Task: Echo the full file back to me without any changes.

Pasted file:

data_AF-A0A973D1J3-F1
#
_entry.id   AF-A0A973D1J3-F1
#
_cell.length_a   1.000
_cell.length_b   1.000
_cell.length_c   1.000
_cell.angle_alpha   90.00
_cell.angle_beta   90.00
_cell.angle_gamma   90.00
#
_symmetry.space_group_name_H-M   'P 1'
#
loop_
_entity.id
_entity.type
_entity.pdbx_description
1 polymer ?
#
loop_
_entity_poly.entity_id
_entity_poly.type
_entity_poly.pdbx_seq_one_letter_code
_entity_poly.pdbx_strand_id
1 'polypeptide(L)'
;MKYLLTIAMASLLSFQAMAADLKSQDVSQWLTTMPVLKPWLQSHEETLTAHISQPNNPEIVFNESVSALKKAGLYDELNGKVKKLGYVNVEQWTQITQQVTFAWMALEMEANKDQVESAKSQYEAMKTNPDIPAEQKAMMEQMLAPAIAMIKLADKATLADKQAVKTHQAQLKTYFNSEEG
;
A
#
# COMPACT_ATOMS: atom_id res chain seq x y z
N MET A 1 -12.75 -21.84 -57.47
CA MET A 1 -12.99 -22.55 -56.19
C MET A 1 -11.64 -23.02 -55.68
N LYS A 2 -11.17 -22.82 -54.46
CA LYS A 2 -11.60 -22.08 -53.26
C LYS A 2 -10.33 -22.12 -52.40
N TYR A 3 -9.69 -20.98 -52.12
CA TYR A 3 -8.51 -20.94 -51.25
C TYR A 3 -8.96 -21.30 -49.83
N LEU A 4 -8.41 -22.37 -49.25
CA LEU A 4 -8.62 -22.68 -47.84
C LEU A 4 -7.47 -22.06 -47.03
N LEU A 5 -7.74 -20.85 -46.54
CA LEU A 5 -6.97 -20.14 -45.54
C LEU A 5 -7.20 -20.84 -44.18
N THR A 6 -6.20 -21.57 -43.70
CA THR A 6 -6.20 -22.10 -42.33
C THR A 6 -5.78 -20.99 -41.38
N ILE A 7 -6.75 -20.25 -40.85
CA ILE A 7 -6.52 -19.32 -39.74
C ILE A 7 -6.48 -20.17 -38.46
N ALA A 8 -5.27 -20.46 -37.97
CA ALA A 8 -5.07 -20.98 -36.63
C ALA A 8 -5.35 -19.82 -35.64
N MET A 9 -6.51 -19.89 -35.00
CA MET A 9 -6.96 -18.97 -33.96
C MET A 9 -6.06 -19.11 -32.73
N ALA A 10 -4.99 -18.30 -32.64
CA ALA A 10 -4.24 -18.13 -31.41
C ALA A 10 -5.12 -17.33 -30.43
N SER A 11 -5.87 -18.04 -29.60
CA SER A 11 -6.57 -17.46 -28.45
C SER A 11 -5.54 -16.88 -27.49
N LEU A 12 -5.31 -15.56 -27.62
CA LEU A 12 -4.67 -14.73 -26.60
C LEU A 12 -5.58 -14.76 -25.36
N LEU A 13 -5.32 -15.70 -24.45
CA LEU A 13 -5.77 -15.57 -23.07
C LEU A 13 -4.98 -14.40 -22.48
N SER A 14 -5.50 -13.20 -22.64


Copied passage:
data_AF-A0A973D1J3-F1
#
_entry.id   AF-A0A973D1J3-F1
#
_cell.length_a   1.000
_cell.length_b   1.000
_cell.length_c   1.000
_cell.angle_alpha   90.00
_cell.angle_beta   90.00
_cell.angle_gamma   90.00
#
_symmetry.space_group_name_H-M   'P 1'
#
loop_
_entity.id
_entity.type
_entity.pdbx_description
1 polymer ?
#
loop_
_entity_poly.entity_id
_entity_poly.type
_entity_poly.pdbx_seq_one_letter_code
_entity_poly.pdbx_strand_id
1 'polypeptide(L)'
;MKYLLTIAMASLLSFQAMAADLKSQDVSQWLTTMPVLKPWLQSHEETLTAHISQPNNPEIVFNESVSALKKAGLYDELNGKVKKLGYVNVEQWTQITQQVTFAWMALEMEANKDQVESAKSQYEAMKTNPDIPAEQKAMMEQMLAPAIAMIKLADKATLADKQAVKTHQAQLKTYFNSEEG
;
A
#
# COMPACT_ATOMS: atom_id res chain seq x y z
N MET A 1 -12.75 -21.84 -57.47
CA MET A 1 -12.99 -22.55 -56.19
C MET A 1 -11.64 -23.02 -55.68
N LYS A 2 -11.17 -22.82 -54.46
CA LYS A 2 -11.60 -22.08 -53.26
C LYS A 2 -10.33 -22.12 -52.40
N TYR A 3 -9.69 -20.98 -52.12
CA TYR A 3 -8.51 -20.94 -51.25
C TYR A 3 -8.96 -21.30 -49.83
N LEU A 4 -8.41 -22.37 -49.25
CA LEU A 4 -8.62 -22.68 -47.84
C LEU A 4 -7.47 -22.06 -47.03
N LEU A 5 -7.74 -20.85 -46.54
CA LEU A 5 -6.97 -20.14 -45.54
C LEU A 5 -7.20 -20.84 -44.18
N THR A 6 -6.20 -21.57 -43.70
CA THR A 6 -6.20 -22.10 -42.33
C THR A 6 -5.78 -20.99 -41.38
N ILE A 7 -6.75 -20.25 -40.85
CA ILE A 7 -6.52 -19.32 -39.74
C ILE A 7 -6.48 -20.17 -38.46
N ALA A 8 -5.27 -20.46 -37.97
CA ALA A 8 -5.07 -20.98 -36.63
C ALA A 8 -5.35 -19.82 -35.64
N MET A 9 -6.51 -19.89 -35.00
CA MET A 9 -6.96 -18.97 -33.96
C MET A 9 -6.06 -19.11 -32.73
N ALA A 10 -4.99 -18.30 -32.64
CA ALA A 10 -4.24 -18.13 -31.41
C ALA A 10 -5.12 -17.33 -30.43
N SER A 11 -5.87 -18.04 -29.60
CA SER A 11 -6.57 -17.46 -28.45
C SER A 11 -5.54 -16.88 -27.49
N LEU A 12 -5.31 -15.56 -27.62
CA LEU A 12 -4.67 -14.73 -26.60
C LEU A 12 -5.58 -14.76 -25.36
N LEU A 13 -5.32 -15.70 -24.45
CA LEU A 13 -5.77 -15.57 -23.07
C LEU A 13 -4.98 -14.40 -22.48
N SER A 14 -5.50 -13.20 -22.64